UN Security Council tells Syria to focus on peace
The UN Security Council has urged Syria's leaders to fundamentally change course, more than 24 hours before a ceasefire is due to take effect.
Expressing deep concern over a report by envoy Kofi Annan, the council said it was essential to see visible signs of change in Syria's military posture.
Mr Annan told the council that military operations were continuing against civilian targets.
However, there were reports of some troop withdrawals.
Activists in Syria say that at least 37 bodies have been discovered in a mass grave in the Deir Baalba quarter in the city of Homs.
At least 60 people were killed as the army shelled a number of towns on Tuesday, including Homs, a centre of resistance to the rule of Syrian President Bashar al-Assad since the rebellion broke out in March last year.
At least 28 people were killed there, said the Local Co-ordination Committees (LCC), an activist network.
The LCC said 20 people were killed in Hama, while there were further deaths in Aleppo and Idlib in the north, Deraa in the south and in a Damascus suburb.
US Ambassador Susan Rice, who currently chairs the council, expressed dismay that the Syrian government had apparently failed to start withdrawing its troops and heavy weapons from cities by Tuesday morning, as stipulated in Mr Annan's plan.
"Members of the council are unified in their grave concern that this deadline has passed and the violence has not only continued but over the last 10 days has intensified," she said.
"The Syrian leadership should now seize the opportunity to make a fundamental change of course.
In a report to the Security Council, Mr Annan said the Syrian army was continuing operations in population centres.
"The days before 10 April should have been an opportunity for the government of Syria to send a powerful political signal of peace, with action on all aspects of the six-point plan," he wrote.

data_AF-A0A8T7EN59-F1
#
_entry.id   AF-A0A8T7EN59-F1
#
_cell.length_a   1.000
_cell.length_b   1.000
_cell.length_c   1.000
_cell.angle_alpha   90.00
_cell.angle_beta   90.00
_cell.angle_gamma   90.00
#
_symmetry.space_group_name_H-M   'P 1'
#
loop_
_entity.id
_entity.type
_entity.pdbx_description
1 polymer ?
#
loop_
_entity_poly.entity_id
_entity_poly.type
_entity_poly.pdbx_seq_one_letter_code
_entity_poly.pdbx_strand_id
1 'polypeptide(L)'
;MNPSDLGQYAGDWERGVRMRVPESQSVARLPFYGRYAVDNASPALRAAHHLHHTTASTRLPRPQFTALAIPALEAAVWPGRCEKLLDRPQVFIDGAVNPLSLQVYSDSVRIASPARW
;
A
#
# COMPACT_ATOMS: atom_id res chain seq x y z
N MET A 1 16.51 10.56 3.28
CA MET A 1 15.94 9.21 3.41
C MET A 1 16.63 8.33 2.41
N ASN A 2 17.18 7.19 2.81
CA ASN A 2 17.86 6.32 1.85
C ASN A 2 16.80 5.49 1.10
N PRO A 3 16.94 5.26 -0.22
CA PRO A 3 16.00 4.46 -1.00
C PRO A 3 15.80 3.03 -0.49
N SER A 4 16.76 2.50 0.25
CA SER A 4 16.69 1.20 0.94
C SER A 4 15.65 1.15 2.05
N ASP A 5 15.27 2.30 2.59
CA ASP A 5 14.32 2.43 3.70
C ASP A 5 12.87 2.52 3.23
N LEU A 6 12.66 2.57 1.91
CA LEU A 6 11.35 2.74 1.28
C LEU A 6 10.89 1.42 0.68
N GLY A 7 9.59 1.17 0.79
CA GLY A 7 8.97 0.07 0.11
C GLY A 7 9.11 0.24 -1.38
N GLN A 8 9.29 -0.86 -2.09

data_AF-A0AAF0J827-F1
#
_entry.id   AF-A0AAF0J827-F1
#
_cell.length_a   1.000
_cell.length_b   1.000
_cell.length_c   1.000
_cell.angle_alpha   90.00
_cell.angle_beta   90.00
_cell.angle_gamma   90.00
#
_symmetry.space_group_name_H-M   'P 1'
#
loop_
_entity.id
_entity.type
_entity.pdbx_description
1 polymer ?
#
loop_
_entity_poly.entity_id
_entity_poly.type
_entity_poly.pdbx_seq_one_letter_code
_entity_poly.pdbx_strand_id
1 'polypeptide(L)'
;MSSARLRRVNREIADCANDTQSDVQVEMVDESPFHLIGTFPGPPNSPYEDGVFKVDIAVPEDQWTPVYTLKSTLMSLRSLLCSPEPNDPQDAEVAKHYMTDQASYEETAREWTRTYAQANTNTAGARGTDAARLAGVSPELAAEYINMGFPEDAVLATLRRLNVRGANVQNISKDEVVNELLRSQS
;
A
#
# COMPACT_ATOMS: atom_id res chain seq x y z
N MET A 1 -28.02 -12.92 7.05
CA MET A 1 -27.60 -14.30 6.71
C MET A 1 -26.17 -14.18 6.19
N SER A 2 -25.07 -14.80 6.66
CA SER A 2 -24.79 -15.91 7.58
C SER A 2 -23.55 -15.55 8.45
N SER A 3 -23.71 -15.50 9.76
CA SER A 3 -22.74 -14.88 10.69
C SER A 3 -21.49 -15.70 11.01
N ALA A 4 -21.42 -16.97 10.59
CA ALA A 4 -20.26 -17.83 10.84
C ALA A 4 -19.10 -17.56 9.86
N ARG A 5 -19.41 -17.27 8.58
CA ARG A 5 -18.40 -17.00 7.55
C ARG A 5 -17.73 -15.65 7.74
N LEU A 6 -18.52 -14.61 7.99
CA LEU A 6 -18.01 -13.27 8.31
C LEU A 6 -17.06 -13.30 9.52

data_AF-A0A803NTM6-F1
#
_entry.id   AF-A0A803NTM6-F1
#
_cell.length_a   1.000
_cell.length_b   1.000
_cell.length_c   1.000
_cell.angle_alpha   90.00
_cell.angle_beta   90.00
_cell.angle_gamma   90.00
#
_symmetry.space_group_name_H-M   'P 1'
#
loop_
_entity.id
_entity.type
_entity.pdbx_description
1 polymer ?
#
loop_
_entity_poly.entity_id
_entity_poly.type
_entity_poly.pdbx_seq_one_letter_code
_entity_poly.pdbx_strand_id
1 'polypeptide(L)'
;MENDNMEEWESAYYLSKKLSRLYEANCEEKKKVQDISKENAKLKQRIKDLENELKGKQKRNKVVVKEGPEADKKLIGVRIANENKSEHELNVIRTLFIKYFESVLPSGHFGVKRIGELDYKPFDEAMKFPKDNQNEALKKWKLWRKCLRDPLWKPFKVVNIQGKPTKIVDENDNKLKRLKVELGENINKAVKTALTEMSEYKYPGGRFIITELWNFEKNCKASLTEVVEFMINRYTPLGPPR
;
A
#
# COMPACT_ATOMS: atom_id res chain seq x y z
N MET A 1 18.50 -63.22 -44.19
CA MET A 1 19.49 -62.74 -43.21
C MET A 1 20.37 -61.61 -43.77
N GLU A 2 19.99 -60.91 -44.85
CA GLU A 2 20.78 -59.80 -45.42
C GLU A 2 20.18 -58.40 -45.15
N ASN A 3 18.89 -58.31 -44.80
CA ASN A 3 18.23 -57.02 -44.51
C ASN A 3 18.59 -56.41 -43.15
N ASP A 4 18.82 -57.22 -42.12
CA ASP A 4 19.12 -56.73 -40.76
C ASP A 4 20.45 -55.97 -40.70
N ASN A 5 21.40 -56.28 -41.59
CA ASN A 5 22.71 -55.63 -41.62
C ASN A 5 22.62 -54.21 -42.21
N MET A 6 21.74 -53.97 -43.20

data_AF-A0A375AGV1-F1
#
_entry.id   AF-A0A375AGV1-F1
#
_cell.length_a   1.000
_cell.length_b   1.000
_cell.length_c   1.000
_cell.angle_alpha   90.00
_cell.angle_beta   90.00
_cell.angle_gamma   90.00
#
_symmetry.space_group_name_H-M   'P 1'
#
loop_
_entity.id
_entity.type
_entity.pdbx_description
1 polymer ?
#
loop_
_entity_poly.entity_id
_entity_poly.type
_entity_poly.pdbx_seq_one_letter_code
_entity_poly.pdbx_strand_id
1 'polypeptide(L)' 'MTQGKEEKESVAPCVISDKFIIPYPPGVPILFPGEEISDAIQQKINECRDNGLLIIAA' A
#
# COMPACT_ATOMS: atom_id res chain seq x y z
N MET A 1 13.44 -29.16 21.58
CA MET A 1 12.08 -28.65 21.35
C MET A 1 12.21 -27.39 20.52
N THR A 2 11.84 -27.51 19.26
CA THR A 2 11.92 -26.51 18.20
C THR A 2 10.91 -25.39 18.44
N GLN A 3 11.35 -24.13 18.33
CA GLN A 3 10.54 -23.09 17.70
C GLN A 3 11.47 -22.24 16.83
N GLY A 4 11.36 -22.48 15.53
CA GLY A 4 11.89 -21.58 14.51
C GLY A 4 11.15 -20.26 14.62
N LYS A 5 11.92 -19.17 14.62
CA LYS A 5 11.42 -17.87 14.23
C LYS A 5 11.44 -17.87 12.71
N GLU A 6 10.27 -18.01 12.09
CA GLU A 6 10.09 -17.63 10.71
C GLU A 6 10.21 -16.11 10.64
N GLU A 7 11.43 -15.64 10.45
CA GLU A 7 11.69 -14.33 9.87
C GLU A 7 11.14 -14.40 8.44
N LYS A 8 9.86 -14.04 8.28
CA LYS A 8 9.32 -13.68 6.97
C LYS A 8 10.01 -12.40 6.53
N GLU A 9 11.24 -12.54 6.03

"It's essential that the next 48 hours bring visible signs of immediate and indisputable change in the military posture of the government forces throughout the country."
Speaking earlier in Turkey, after visiting a camp for Syrian refugees, Mr Annan said it was too early to say his plan had failed and that he believed the Syrian opposition "are also prepared to go along with it if the government meets its commitments to pull the troops out".
"So I think the plan is very much alive."
Ceasefire at risk
Under his plan, sponsored by the UN and the Arab League, Syrian troops were to have completed their withdrawal from population centres and stopped the use of heavy weaponry by Tuesday, ahead of a full ceasefire coming into place on Thursday morning.
Damascus had agreed to the deadline, but on Sunday demanded written guarantees first that its opponents would give up arms, along with a promise from foreign states not to fund them.
Mr Annan told the Security Council that this new demand put the cessation of violence at risk.
Permanent members Russia and China, who hold vetoes over council decisions, have prevented resolutions condemning Damascus but have backed Mr Annan's peace plan.
The BBC's Barbara Plett at the UN says there is no guarantee that they will now agree to any tougher action proposed by Western countries.
US Secretary of State Hillary Clinton said she would keep pushing Moscow - one of Syria's closest allies - to change course, saying its "refusal to join with us in some kind of constructive action is keeping Assad in power, well-armed, able to ignore the demands of his own people, of his region and the world".
Speaking during a visit to Moscow, Syrian Foreign Minister Walid Muallem said the withdrawal had begun in some areas, but that the ceasefire should be timed to the arrival of international monitors - something Mr Annan said he was working towards.
Syrian opposition representatives have said they are committed to the peace plan but that if government troops did not stop firing by Thursday, they would intensify their own operations.
Russian Foreign Minister Sergei Lavrov urged Mr Annan in a telephone call to put pressure on countries backing the Syrian opposition to make sure they stuck to the ceasefire plan.
Earlier he said the Syrian government "could have been more active and decisive" in implementing the plan, but that Mr Muallem had assured him Damascus was committed to it.